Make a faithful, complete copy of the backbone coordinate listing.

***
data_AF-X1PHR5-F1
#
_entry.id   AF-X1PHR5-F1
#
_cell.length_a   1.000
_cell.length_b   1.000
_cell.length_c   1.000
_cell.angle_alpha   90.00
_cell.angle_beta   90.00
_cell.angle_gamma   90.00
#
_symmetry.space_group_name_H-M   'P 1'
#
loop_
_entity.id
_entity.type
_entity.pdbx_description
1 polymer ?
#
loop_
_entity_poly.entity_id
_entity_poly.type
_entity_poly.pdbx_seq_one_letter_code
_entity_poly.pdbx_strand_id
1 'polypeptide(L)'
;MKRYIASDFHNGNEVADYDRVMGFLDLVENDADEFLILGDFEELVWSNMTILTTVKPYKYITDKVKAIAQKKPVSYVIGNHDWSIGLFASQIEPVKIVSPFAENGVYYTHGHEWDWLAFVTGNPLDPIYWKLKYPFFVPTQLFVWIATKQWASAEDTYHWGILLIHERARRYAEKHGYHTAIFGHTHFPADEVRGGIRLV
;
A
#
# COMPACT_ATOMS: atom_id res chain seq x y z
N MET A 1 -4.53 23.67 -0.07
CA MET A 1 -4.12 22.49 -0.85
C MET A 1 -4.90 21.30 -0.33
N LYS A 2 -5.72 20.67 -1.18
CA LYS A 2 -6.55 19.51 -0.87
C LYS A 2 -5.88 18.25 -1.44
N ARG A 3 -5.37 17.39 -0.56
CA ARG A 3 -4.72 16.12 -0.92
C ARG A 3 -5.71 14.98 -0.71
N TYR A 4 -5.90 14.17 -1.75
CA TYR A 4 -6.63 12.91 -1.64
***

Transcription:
data_AF-X1PHR5-F1
#
_entry.id   AF-X1PHR5-F1
#
_cell.length_a   1.000
_cell.length_b   1.000
_cell.length_c   1.000
_cell.angle_alpha   90.00
_cell.angle_beta   90.00
_cell.angle_gamma   90.00
#
_symmetry.space_group_name_H-M   'P 1'
#
loop_
_entity.id
_entity.type
_entity.pdbx_description
1 polymer ?
#
loop_
_entity_poly.entity_id
_entity_poly.type
_entity_poly.pdbx_seq_one_letter_code
_entity_poly.pdbx_strand_id
1 'polypeptide(L)'
;MKRYIASDFHNGNEVADYDRVMGFLDLVENDADEFLILGDFEELVWSNMTILTTVKPYKYITDKVKAIAQKKPVSYVIGNHDWSIGLFASQIEPVKIVSPFAENGVYYTHGHEWDWLAFVTGNPLDPIYWKLKYPFFVPTQLFVWIATKQWASAEDTYHWGILLIHERARRYAEKHGYHTAIFGHTHFPADEVRGGIRLV
;
A
#
# COMPACT_ATOMS: atom_id res chain seq x y z
N MET A 1 -4.53 23.67 -0.07
CA MET A 1 -4.12 22.49 -0.85
C MET A 1 -4.90 21.30 -0.33
N LYS A 2 -5.72 20.67 -1.18
CA LYS A 2 -6.55 19.51 -0.87
C LYS A 2 -5.88 18.25 -1.44
N ARG A 3 -5.37 17.39 -0.56
CA ARG A 3 -4.72 16.12 -0.92
C ARG A 3 -5.71 14.98 -0.71
N TYR A 4 -5.90 14.17 -1.75
CA TYR A 4 -6.63 12.91 -1.64